A: The very first thing when I started making titanium rings is cut them off of my own finger by different methods. Titanium is about as hard as stainless steel, so things that cut steel such as a hacksaw or Dremel tool can be used. Titanium has a reputation of being stronger than steel. It's not necessarily so. It's the high strength to weight ratio that is the reason it is used in aerospace applications. I've had a customer that did have to get one cut off. They were able to remove it without a problem, and she ordered another titanium ring!

Tungsten is made from powder, so it is hard, but relatively brittle. It can be cracked in a vise, by vise grips, by a hammer, or some similar means.

Mooch
05-10-2005, 11:39 AM
I was married this past November and while my wife has a plain gold wedding band, I chose a titanium band - I liked the non-flashy look of it (though they are cheap!).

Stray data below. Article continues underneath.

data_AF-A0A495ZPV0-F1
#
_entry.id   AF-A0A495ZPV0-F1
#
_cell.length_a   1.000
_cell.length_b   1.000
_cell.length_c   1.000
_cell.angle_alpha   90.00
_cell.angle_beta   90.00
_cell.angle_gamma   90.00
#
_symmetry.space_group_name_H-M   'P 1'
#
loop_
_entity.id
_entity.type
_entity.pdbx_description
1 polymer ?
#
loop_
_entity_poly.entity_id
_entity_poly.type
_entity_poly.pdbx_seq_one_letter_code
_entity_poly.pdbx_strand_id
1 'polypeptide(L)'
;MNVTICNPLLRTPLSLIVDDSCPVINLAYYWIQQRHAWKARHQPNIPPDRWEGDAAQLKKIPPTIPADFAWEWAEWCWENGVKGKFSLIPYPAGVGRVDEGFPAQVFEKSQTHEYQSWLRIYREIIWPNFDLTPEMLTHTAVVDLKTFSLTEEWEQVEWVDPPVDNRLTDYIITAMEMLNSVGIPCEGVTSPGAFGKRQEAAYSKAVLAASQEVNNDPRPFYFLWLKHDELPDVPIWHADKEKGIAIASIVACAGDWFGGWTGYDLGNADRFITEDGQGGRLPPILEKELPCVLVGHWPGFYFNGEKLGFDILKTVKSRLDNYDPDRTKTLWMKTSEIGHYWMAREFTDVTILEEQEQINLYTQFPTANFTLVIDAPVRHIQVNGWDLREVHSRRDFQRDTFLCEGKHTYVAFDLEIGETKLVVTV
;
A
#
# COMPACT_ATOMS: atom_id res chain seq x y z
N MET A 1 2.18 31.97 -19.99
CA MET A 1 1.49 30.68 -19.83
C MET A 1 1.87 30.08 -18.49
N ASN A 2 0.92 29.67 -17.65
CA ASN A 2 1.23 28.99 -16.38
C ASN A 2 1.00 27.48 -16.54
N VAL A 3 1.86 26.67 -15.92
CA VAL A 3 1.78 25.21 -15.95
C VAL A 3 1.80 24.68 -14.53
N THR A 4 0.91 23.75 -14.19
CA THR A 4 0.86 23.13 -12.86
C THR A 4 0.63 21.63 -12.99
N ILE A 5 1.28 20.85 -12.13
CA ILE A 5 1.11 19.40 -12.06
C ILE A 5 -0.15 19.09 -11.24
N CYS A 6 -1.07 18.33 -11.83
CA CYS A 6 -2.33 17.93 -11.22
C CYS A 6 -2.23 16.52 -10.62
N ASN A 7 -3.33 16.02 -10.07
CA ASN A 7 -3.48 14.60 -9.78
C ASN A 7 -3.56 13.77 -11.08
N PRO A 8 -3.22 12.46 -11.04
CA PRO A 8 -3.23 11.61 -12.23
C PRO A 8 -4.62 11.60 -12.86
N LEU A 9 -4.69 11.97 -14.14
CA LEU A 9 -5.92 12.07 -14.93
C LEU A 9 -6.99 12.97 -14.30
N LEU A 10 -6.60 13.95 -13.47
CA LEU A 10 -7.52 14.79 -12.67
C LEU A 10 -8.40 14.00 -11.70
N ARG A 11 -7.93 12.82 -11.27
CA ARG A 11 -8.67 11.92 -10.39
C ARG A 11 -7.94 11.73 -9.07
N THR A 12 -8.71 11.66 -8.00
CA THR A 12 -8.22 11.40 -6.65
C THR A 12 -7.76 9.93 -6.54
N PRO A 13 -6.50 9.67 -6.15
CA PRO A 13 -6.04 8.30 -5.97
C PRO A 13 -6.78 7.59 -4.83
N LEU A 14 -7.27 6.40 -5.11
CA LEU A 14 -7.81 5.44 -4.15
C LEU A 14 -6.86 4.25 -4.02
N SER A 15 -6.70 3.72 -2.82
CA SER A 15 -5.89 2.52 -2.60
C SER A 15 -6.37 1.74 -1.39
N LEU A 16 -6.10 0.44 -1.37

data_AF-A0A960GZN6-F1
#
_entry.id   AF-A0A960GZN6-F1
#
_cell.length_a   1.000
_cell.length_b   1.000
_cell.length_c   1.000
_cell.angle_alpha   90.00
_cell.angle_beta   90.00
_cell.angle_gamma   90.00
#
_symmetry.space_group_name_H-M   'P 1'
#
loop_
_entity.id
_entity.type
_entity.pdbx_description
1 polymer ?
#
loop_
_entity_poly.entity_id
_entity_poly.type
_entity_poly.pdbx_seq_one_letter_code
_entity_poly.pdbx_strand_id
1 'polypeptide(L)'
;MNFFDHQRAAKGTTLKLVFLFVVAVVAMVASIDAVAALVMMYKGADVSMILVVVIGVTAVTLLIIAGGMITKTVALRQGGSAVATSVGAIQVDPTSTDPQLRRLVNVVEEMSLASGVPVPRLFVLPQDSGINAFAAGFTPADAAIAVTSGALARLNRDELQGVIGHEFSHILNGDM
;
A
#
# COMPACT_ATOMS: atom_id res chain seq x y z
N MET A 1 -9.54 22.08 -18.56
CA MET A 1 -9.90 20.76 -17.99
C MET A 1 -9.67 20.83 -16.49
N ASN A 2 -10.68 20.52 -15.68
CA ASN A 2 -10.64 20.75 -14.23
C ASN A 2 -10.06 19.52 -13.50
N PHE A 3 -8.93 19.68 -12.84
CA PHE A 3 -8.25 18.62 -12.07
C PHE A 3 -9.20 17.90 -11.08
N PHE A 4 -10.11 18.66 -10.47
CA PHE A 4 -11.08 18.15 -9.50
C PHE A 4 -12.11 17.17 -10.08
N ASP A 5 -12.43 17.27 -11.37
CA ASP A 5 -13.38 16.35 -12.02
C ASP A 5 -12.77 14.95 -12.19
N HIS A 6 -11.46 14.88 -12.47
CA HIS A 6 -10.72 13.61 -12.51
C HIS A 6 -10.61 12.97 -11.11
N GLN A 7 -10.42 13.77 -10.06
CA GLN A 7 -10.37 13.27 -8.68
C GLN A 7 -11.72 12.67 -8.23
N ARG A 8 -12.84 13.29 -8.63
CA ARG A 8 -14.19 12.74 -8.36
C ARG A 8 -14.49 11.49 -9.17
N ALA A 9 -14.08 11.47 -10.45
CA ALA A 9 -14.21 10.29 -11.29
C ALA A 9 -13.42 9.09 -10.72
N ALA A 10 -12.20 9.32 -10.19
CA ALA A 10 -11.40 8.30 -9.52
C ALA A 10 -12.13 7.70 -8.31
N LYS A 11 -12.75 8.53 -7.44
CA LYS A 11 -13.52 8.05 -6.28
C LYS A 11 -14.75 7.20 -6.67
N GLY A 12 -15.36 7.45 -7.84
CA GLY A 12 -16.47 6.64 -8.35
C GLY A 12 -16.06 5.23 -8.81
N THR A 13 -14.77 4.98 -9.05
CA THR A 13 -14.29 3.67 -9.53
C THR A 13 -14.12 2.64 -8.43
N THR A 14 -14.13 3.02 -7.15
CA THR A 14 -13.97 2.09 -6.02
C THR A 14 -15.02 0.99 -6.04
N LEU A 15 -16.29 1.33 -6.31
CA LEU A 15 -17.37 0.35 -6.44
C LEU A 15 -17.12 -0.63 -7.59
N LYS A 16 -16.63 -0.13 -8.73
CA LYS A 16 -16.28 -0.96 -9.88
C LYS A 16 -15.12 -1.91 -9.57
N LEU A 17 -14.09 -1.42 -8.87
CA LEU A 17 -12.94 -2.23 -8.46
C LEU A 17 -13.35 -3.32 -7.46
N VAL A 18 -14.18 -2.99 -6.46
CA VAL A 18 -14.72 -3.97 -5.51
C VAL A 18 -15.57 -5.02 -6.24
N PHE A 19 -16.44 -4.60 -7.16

I heard an EMT on a radio show whosaid that he carries a needle and long thread withim in case of swollen and/or mangled fingers. I guess the idea is that he threads the needle and pushes it under the ring towards the knuckle. He then begins tightly winding the thread around the finger starting on the outside of the ring until the entire finger is wrapped (and compressed). The ring is supposed to slide off easily after that. So he says.

Upon preview you can cut titanium. Good news for my digit!

Nametag
05-10-2005, 11:58 AM